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GetUp Crew: Congresswoman Ayanna Pressley (Friday, 4/03) Download

16:18 Download April 3rd

Congresswoman Ayanna Pressley calls in to discuss what measures are being taken during this pandemic.


Ramiro [00:00:03] Alright, we gotta talk to Congresswoman Ayanna Pressley. Yes! Hello?

Congresswoman Pressley [00:00:13] Good morning.

Ramiro [00:00:14] Good morning. So before we start, I just wanna let you know that Pebbles is a hardcore Trump supporter so you can see what you talk about. Nah, just kidding, although I’m not kidding about this. Leroy, our producer, has a major crush on you.

Leroy [00:00:30] This is not the time. All done. Let’s not do this. Keep it moving. All right.

Ramiro [00:00:38] Ms. Pressley’s office reached out to us because she wanted to say something to our audience. She’s working hard behind the scenes on a lot of things, on a lot of things. So go ahead. Talk about it.

Congresswoman Pressley [00:00:50] Absolutely. We’re first and foremost, just I just appreciate what y’all are doing. You know, when I was sworn into Congress in January, I came back to Roxbury two weeks later for a ceremonial swearing in. And I had everyone take a pledge with me because this is not work that I do alone there are about 400 people there. And one of the tenants of that pledge, I won’t enumerate all of them, but one of them is that I will inform joy, because joy is also a necessary act of resistance. So I just want to thank you all for the role that you’re playing in the movement, not only in giving an opportunity to say hello to your listeners and just check in on folks. But it’s important that we keep keep our joy in the midst of all of this. So thank you for giving us the place where we can laugh and also get information.

Ramiro [00:01:36] We try, madam, we try!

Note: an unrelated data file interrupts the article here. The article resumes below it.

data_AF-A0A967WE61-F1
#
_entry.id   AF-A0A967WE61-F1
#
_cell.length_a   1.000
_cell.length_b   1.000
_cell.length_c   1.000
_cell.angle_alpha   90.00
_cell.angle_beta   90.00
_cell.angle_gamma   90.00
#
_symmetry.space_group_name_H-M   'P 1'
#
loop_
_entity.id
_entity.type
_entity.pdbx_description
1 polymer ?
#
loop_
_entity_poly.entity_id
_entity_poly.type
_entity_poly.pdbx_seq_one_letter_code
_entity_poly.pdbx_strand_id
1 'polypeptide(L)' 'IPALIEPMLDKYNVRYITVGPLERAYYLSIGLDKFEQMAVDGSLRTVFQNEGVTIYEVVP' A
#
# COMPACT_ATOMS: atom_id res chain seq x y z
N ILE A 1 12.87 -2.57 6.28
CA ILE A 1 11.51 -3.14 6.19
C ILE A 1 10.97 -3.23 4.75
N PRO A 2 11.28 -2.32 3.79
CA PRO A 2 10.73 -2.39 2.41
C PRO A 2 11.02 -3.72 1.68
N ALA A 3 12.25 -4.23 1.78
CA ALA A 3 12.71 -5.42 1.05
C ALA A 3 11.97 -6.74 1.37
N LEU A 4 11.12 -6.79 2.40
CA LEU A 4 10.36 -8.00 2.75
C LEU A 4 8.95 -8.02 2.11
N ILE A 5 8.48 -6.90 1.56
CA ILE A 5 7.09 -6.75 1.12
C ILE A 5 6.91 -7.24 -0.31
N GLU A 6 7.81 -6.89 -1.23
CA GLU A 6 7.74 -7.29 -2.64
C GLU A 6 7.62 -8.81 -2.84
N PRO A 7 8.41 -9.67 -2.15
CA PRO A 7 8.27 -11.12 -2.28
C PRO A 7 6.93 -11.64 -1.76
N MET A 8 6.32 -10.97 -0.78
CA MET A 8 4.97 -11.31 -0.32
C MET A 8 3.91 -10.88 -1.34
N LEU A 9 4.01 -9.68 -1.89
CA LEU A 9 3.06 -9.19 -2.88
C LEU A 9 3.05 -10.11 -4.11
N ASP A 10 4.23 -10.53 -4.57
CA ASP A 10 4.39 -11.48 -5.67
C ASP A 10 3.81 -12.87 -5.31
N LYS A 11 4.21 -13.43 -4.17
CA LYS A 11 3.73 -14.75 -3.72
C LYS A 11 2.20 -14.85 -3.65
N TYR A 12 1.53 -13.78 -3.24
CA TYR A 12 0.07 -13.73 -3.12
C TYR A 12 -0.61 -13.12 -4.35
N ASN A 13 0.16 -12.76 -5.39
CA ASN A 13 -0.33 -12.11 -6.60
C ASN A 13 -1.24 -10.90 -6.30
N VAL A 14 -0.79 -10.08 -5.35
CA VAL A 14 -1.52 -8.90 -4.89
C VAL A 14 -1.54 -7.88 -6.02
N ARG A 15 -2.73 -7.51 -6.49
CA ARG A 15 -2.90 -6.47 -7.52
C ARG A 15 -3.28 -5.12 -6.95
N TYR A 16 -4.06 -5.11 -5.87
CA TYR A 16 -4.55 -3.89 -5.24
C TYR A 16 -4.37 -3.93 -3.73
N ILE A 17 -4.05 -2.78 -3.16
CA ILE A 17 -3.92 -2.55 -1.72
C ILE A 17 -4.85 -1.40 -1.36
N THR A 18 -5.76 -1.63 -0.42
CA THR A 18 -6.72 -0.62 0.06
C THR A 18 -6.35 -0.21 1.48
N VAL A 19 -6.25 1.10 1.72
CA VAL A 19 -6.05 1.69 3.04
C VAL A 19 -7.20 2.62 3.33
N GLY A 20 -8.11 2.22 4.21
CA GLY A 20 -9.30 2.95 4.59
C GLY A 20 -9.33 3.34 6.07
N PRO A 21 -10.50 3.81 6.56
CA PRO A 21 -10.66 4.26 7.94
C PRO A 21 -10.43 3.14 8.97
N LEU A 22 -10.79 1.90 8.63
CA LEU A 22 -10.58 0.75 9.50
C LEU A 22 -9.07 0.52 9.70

Congresswoman Pressley [00:01:41] So you know what? I’ve certainly I’m no longer on the city council. So I’m a Member of Congress now. So I’ve been focused on the federal response. And, you know, we’ve been fighting hard against some very challenging dynamics. You know, I really try to stay out of my mentions and not to engage trolls, but I couldn’t help myself. Yesterday, someone had a recurring theme that I see that people will say we need more legislators and less activists in government and you need both. And if you don’t do that now in the face of the incompetence, the callousness, the cruelty and every ism being inflated under this administration, you don’t have any choice but to be an activist. I mean, look what our governors have been reduced to. They’re having to create Twitter videos begging for essential medical equipment. It’s as if the Occupant and I don’t call him the President ever. He does not embody the integrity, the intellect, the strategy, the empathy, the compassion. He’s simply occupying the space. He embodies nothing that a president should. And certainly not during these turbulent times. So, you know, we passed three packages out of the House, three relief packages. We’re advocating aggressively for a fourth one that will be focused on infrastructure and economic recovery. The one that we just passed is the CARES Act. And that was a bill that the Republicans put forward that was really just a bill to benefit corporations. And we did everything we could to make that by being activist then. And, you know, Speaker Pelosi is a very shrewd negotiator to make that bill work as much as it could for individuals, families and workers. But that bill still left a lot of people behind. And it has everything to do with the cruelty of this administration. It doesn’t take care of the undocumented. It does nothing for the uninsured. But there were some gains that I fought for that did get in there. So one is a temporary pause on student loan payments as well as stopping the involuntary garnishment of wages and benefits. So what does that mean? People like to frame the student loan issue as a millennial issue. Now we have a 1.6 trillion dollar student debt crisis in this country. We have 855,000 federal student loan borrowers just in Massachusetts. And black and brown students borrow more than anyone because we don’t have generational wealth. And that’s a conversation for another day. Why that is the case. And we also default more than anyone else. So I’m 46 years old and I have many peers still paying student loans and there are seniors citizens still paying. I have a senior citizen still paying student loans. And that’s why their Social Security checks get garnished when they default on a payment. So we’re trying to eliminate as many bills and provide as much debt relief as possible. So we were I did fight hard to get some compromise and that is that they would stop, they would pause student loan collection. For right now, those payments and they would stop involuntary garnishment, people’s wages for those that are still working and benefits. What I want to see in the next package is complete student debt cancelation. I try to get in that they would cancel a minimum of $10,000 of debt for every borrower on upwards of $30,000 because the average borrower has at least $30,000 worth of debt. We didn’t get them. But if we cancel student debt in the next package, that’s immediate economic recovery. That puts money in people’s pockets. They can use that money for something else and maybe jumpstart the economy. The other thing that I fought hard for was support for incarcerated men and women. It’s so important that when we talk about vulnerable populations that we are including our loved ones that are behind the wall, our prisons and our immigration detention facilities, our homeless shelters, these are all petri dishes that really support any pandemic or virus thriving we cannot socially or physically distance in a space that is overpopulated. And they also have unequal access to the things that you need to stay sanitary to protect yourself in the midst of this pandemic. And so we were able to get $100 million for our federal prisons and $850 million for states and cities. But what I think we need to be doing and I’ll continue to fight for it, I thank Suffolk County D.A. Rachel Rollins, for her leadership and her her clear voice in this is compassionate relief for those elderly incarcerated that have underlying conditions who, you know, certainly pose no threat to anyone. They should we should be prioritizing compassionate release of our senior citizens, 10% of our incarcerated, are elderly, and do have an underlying condition that would put them at a risk to this pandemic.